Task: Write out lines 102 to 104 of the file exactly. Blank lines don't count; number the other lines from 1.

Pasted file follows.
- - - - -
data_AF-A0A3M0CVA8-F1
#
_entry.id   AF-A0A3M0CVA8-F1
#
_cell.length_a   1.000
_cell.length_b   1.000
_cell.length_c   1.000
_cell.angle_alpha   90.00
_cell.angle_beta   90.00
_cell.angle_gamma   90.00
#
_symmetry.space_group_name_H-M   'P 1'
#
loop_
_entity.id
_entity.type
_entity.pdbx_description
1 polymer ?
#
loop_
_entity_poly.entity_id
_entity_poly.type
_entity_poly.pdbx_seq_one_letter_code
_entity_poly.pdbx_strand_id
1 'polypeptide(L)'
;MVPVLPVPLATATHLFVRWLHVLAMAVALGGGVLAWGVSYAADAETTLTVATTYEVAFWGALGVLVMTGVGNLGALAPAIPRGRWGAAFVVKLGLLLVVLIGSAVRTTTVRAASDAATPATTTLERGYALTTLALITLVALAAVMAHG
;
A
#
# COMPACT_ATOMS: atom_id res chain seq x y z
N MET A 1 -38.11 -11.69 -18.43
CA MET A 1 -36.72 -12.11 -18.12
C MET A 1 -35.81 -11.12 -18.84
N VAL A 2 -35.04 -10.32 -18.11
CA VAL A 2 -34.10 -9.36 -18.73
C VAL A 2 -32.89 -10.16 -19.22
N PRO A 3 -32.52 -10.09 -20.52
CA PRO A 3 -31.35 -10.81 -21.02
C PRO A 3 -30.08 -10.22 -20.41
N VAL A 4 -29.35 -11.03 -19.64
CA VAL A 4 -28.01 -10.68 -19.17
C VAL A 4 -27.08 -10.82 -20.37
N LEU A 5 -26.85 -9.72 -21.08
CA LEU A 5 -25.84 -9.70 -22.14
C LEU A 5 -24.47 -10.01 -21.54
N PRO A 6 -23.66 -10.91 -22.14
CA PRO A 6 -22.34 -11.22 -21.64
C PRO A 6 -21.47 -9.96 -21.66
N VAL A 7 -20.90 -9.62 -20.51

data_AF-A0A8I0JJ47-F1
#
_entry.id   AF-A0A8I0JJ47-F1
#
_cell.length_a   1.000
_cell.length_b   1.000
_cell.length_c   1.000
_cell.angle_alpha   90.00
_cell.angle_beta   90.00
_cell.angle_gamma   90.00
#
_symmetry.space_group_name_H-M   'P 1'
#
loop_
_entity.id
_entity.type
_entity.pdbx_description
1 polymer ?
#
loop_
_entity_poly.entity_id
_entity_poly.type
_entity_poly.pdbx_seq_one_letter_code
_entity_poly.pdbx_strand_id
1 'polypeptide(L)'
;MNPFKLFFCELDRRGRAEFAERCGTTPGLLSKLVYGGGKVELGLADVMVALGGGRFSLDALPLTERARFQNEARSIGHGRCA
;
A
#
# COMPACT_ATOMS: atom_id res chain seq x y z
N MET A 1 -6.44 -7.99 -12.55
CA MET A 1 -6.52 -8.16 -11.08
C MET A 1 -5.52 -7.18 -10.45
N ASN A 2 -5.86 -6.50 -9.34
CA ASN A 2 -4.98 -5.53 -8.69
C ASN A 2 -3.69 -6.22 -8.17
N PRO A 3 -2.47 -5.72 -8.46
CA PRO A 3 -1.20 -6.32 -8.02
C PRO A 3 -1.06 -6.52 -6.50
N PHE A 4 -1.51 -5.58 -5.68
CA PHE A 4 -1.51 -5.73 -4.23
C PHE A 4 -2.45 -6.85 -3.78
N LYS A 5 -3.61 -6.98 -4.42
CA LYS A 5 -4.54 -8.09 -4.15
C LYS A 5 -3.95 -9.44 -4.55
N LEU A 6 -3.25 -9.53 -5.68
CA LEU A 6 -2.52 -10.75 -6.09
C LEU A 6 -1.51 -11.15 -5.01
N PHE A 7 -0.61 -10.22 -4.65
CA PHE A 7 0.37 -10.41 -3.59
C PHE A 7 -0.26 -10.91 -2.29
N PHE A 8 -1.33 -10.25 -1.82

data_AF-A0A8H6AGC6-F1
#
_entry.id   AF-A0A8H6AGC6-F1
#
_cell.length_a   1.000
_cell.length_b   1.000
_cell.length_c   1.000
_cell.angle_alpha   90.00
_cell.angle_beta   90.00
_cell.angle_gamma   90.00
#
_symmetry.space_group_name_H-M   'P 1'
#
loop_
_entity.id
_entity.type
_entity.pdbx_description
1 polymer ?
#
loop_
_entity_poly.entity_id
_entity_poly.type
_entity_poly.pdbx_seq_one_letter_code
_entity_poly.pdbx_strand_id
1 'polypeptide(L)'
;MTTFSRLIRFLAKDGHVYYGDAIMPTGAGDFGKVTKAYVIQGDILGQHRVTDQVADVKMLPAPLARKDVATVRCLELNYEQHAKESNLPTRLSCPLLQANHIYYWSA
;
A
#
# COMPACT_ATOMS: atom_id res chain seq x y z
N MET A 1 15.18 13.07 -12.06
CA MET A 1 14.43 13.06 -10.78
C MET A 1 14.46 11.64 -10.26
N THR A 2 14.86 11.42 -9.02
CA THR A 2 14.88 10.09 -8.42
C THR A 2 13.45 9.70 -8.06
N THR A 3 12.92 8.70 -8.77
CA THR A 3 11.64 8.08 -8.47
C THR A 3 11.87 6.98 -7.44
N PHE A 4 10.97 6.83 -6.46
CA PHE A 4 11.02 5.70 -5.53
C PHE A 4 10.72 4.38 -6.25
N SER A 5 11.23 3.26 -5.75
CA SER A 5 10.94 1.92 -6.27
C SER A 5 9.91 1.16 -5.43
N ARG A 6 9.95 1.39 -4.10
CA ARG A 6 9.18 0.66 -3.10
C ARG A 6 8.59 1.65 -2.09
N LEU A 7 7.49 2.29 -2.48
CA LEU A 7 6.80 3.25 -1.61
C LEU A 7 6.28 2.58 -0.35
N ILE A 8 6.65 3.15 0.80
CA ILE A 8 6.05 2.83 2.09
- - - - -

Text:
data_AF-A0A8H6AGC6-F1
#
_entry.id   AF-A0A8H6AGC6-F1